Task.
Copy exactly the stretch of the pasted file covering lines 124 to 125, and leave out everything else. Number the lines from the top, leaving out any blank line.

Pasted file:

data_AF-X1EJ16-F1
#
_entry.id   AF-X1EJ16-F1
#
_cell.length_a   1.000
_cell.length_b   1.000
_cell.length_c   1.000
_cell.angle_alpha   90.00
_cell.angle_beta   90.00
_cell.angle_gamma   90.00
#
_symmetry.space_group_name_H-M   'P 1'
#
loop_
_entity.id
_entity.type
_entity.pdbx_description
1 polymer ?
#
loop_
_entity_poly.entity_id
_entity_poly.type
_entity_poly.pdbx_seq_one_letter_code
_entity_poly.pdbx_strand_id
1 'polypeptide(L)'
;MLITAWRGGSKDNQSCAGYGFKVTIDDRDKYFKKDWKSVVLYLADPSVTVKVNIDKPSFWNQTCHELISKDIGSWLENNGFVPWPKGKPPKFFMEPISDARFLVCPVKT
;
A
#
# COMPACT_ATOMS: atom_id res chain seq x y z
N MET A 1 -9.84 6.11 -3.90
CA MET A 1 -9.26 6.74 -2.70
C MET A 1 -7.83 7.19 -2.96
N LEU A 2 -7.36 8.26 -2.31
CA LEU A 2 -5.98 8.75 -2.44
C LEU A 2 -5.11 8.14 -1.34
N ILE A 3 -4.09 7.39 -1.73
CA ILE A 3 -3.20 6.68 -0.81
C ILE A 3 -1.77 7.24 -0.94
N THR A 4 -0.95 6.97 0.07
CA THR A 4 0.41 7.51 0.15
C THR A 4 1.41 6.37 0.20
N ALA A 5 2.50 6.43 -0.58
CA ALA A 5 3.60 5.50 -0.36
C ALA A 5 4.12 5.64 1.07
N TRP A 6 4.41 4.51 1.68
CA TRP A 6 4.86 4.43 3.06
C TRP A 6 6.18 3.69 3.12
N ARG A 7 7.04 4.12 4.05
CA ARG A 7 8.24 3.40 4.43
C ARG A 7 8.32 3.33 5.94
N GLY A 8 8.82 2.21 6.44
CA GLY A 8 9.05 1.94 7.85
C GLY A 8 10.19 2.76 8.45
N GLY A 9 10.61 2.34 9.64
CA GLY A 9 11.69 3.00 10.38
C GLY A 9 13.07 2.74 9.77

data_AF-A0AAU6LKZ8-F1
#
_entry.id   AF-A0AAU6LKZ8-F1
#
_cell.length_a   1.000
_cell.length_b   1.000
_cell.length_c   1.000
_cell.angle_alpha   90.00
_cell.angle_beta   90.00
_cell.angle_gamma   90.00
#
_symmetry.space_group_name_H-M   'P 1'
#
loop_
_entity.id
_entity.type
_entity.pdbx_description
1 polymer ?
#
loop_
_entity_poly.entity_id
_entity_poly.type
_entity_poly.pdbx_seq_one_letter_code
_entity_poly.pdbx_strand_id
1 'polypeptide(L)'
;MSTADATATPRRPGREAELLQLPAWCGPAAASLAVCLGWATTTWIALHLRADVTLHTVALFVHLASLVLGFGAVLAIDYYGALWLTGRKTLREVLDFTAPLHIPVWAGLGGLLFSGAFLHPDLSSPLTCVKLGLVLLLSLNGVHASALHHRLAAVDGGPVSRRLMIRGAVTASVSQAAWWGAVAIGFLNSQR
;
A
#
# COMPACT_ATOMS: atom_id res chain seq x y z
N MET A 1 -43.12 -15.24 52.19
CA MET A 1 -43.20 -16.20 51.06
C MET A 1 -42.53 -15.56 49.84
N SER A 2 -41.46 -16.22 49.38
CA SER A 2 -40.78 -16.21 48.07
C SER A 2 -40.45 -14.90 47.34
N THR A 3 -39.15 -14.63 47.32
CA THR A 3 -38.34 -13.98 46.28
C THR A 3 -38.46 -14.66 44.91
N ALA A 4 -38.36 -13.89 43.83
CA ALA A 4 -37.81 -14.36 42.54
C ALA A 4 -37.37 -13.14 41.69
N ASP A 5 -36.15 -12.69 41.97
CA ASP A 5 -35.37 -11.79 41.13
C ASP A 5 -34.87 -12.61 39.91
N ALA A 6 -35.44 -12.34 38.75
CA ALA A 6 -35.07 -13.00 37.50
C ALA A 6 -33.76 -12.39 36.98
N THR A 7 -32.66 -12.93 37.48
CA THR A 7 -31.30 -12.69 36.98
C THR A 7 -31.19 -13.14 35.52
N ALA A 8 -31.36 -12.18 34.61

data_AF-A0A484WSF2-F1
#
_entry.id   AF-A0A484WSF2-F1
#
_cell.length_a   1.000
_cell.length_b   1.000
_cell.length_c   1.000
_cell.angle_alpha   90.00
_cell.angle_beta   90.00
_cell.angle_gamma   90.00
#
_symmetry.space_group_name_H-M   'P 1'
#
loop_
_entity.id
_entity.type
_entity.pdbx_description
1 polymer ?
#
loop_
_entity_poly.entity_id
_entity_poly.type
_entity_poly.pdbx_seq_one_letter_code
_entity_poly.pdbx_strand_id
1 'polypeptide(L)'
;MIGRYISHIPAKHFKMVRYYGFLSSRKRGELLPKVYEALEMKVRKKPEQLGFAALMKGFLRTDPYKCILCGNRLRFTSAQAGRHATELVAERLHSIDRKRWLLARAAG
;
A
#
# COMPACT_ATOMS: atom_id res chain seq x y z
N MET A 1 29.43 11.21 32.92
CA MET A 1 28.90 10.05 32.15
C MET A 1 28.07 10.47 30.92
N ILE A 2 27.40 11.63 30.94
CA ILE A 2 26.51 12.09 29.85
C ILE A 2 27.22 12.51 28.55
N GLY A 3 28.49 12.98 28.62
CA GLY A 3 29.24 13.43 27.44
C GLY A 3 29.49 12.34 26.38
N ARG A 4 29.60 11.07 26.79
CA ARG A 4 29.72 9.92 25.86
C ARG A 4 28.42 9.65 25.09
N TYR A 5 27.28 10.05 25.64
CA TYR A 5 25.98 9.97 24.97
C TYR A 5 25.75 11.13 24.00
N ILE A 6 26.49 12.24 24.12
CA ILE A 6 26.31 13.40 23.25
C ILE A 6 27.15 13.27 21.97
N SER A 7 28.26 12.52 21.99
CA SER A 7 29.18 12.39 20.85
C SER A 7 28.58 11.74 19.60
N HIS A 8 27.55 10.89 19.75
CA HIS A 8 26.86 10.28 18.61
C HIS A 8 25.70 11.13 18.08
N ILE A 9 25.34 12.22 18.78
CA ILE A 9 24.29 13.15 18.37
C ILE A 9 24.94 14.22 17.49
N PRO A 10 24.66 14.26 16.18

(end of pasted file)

_entity.id
_entity.type